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Navel reconnaissance up the Chickahominy.

[Correspondence of the New York Hars'd.]
U. S. S Stepping Stones. Barrett's Ferry, May 28, 1862.
The Stepping Stones and the Island Belle have arrived thus far on their return from a reconnaissance up the Chickahominy river. We forced our way up within four miles of Jones's bridge, much higher than any vessel of greater pretensions than a rowboat has ever gone before. Along the entire route we did not encounter a single obstruction, and not a battery, nor even a soldier--Union or rebel — was to be seen. But let me be more particular.

Yesterday afternoon, when we returned from our reconnaissance up the Appomattox, the signal was made on board the Wachesett flagship for all commanding officers of vessels to repair on board. It was soon arranged that this morning the Stepping Stones and the Island Belle should proceed up the Chickahominy and explore the rivers as high up as was practicable for the vessels to go. The light draught of the two steamers, particularly the Stepping Stones, admirably accepted them for this duty.

Early this morning we weighed anchor from City Point, and were soon steaming down the James river, the Island Belle following closely in our wake. At eight o'clock we entered the month of the Chickahominy, situated a few miles above Jamestown. Here we found a troublesome bar, and nearly ran aground in five feet water. The Island Belle was not so fortunate. She got stuck fast, and we had to turn back to her assistance. This delayed us nearly an hour. At length we succeeded in lowing our consort off, after parting a fawner, and proceeded on our on ward course. The bar passed, the river rapidly deepened, alternating between three and four fathoms nearly all the way up as far as we went. In come places it was even deeper. The lend was kept constantly going, to avoid sudden shelling, but the precaution, though a prudent one, turned out to be hardly necessary.

Winding along the serpentine course of the river, we passed through some magnificent scenery. In many places the river, on either side, was overhung with precipitous banks clothed with dense wood, with a rich undulating country beyond, and occasionally we caught glimpses of extensive fields of wheat. In some places these fields came down to the water's edge. Sometimes, too, we encountertered a strip of low, marsby land, overrun with rank, coarse grass, while the broad leaves on the water lily grew plentifully far out into the stream.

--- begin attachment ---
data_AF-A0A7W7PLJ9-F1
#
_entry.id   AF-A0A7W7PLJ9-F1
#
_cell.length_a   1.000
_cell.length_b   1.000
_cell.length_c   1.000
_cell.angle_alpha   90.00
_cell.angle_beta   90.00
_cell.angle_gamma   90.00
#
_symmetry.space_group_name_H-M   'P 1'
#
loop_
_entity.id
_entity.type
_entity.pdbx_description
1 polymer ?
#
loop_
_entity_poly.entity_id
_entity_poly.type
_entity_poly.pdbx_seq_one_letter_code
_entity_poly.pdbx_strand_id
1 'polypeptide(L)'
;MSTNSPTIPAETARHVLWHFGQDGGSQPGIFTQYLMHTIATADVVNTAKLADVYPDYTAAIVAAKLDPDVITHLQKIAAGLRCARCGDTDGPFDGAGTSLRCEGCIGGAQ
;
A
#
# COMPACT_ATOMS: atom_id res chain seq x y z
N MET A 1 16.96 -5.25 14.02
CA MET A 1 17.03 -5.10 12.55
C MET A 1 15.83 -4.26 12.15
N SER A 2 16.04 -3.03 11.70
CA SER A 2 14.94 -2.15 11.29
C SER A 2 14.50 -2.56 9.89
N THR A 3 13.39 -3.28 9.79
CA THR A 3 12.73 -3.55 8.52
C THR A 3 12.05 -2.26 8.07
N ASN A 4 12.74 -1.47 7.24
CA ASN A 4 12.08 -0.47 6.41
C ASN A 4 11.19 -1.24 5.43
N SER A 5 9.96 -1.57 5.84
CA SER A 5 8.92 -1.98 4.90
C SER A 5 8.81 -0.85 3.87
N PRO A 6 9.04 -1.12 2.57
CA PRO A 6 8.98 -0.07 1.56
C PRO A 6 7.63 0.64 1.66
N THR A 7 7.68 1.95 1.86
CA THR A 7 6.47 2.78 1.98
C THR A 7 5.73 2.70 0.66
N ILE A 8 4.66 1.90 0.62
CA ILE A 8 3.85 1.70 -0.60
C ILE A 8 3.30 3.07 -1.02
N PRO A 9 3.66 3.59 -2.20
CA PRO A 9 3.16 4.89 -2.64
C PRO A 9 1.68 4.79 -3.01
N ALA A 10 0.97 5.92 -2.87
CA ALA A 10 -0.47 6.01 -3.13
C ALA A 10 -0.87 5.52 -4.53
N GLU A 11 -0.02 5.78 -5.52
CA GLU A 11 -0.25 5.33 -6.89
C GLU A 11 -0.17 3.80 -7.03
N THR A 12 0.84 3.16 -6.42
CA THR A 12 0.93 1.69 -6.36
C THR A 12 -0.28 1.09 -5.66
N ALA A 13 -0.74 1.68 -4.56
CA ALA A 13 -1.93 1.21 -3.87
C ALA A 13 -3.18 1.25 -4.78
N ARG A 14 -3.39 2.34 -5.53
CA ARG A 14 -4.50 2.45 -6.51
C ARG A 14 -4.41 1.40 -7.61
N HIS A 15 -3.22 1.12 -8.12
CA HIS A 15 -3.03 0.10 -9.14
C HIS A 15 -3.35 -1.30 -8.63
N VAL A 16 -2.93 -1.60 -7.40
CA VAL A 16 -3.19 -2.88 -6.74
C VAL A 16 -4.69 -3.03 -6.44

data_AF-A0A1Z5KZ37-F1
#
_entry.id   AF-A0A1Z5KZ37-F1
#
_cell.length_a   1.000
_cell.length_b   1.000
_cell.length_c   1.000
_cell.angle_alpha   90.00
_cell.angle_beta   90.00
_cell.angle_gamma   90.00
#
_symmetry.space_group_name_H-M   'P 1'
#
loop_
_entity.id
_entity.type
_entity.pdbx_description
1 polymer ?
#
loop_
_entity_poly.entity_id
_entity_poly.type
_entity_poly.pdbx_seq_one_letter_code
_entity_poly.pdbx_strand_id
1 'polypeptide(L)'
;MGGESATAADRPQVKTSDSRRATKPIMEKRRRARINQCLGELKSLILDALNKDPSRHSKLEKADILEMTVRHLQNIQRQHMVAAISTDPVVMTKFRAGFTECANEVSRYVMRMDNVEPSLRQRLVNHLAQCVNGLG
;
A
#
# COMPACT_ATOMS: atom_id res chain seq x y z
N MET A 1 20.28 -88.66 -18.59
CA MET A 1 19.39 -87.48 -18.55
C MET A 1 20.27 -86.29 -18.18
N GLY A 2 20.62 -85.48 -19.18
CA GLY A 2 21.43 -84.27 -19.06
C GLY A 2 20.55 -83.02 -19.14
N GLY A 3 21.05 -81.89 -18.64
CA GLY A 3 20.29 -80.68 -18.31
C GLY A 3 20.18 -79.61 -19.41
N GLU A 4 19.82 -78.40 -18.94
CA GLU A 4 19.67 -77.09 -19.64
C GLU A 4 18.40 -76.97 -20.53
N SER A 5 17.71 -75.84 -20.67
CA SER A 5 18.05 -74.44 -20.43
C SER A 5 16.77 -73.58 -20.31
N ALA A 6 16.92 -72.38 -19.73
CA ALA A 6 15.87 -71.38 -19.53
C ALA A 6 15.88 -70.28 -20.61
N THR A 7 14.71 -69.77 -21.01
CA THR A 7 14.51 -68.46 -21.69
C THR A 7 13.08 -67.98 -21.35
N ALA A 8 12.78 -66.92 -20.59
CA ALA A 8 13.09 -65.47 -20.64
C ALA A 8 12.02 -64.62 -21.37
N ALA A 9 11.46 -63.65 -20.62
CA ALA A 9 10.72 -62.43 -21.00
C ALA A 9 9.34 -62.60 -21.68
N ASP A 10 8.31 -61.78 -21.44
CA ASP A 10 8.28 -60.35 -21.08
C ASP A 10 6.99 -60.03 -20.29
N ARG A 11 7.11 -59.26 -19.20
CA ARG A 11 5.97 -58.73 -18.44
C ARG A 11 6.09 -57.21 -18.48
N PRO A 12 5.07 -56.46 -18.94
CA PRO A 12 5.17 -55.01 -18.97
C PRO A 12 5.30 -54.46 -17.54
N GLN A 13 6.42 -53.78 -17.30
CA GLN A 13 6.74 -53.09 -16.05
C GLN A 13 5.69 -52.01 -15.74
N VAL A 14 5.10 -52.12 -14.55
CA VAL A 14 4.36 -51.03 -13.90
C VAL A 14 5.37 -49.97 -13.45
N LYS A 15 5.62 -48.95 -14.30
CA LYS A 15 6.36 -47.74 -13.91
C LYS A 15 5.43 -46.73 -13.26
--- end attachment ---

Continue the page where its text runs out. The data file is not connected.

Farm houses and private residences were constantly in view, and from nearly every inhabited dwelling a white sheat, tablecloth or anything that could be extemporized into a flag of truce, was displayed as soon as we have in sight. Hats, caps, and handkerchiefs, too, were waved at us in passing; but whether this may be rightly considered as indicative of genuine Union feeling or was done merely with a view to propitiate us, I am unable to say. As usual, wherever we have been in Virginia, the people we saw were principally blacks; and truth impalas to add that they were for more demonstrative in their show of welcome than the waits. Occasionally, however, a white female or child would join in the handkerchief waving. I need hardly say that white men were hardly to be soon, as most of them are either with the rebel army or have been killed off in the struggle their leaders have provoked. A great number of houses were shut up, without the at sign of inhabitants in or around them.

After running up a considerable distance we came upon a log house, built on a steep slope. There we saw a white man, who mat us on the landing in front of his house. Above, on the high bank, were two grown white females and two or three white children. The man told us that we could run twenty miles further up, and that we could obtain a pilot at "The Shades. " He said he had been forced into the rebel army, but that he had deserted not liking the service, as he was no believer in secession.